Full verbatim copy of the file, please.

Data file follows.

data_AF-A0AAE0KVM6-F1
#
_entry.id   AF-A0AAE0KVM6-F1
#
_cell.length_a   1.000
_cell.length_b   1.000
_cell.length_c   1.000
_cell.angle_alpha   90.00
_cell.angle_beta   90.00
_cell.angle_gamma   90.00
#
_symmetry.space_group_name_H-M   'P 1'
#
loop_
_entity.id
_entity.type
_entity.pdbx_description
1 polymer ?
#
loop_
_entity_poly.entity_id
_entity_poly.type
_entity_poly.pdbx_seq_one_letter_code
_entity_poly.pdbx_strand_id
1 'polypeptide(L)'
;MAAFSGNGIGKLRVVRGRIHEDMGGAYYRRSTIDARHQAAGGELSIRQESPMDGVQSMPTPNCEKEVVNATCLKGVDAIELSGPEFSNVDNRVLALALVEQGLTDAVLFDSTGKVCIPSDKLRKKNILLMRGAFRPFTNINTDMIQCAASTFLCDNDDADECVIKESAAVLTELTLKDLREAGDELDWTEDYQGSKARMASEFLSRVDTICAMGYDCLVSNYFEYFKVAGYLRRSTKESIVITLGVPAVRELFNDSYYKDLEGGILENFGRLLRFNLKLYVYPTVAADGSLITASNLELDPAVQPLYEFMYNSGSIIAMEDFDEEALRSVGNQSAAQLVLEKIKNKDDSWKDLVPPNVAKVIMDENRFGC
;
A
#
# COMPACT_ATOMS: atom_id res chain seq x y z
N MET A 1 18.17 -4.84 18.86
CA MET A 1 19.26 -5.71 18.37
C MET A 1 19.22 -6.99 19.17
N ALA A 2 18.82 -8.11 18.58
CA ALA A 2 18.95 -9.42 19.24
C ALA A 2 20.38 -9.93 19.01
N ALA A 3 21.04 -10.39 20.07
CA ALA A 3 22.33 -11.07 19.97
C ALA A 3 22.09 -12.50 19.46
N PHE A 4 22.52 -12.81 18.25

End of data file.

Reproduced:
data_AF-A0AAE0KVM6-F1
#
_entry.id   AF-A0AAE0KVM6-F1
#
_cell.length_a   1.000
_cell.length_b   1.000
_cell.length_c   1.000
_cell.angle_alpha   90.00
_cell.angle_beta   90.00
_cell.angle_gamma   90.00
#
_symmetry.space_group_name_H-M   'P 1'
#
loop_
_entity.id
_entity.type
_entity.pdbx_description
1 polymer ?
#
loop_
_entity_poly.entity_id
_entity_poly.type
_entity_poly.pdbx_seq_one_letter_code
_entity_poly.pdbx_strand_id
1 'polypeptide(L)'
;MAAFSGNGIGKLRVVRGRIHEDMGGAYYRRSTIDARHQAAGGELSIRQESPMDGVQSMPTPNCEKEVVNATCLKGVDAIELSGPEFSNVDNRVLALALVEQGLTDAVLFDSTGKVCIPSDKLRKKNILLMRGAFRPFTNINTDMIQCAASTFLCDNDDADECVIKESAAVLTELTLKDLREAGDELDWTEDYQGSKARMASEFLSRVDTICAMGYDCLVSNYFEYFKVAGYLRRSTKESIVITLGVPAVRELFNDSYYKDLEGGILENFGRLLRFNLKLYVYPTVAADGSLITASNLELDPAVQPLYEFMYNSGSIIAMEDFDEEALRSVGNQSAAQLVLEKIKNKDDSWKDLVPPNVAKVIMDENRFGC
;
A
#
# COMPACT_ATOMS: atom_id res chain seq x y z
N MET A 1 18.17 -4.84 18.86
CA MET A 1 19.26 -5.71 18.37
C MET A 1 19.22 -6.99 19.17
N ALA A 2 18.82 -8.11 18.58
CA ALA A 2 18.95 -9.42 19.24
C ALA A 2 20.38 -9.93 19.01
N ALA A 3 21.04 -10.39 20.07
CA ALA A 3 22.33 -11.07 19.97
C ALA A 3 22.09 -12.50 19.46
N PHE A 4 22.52 -12.81 18.25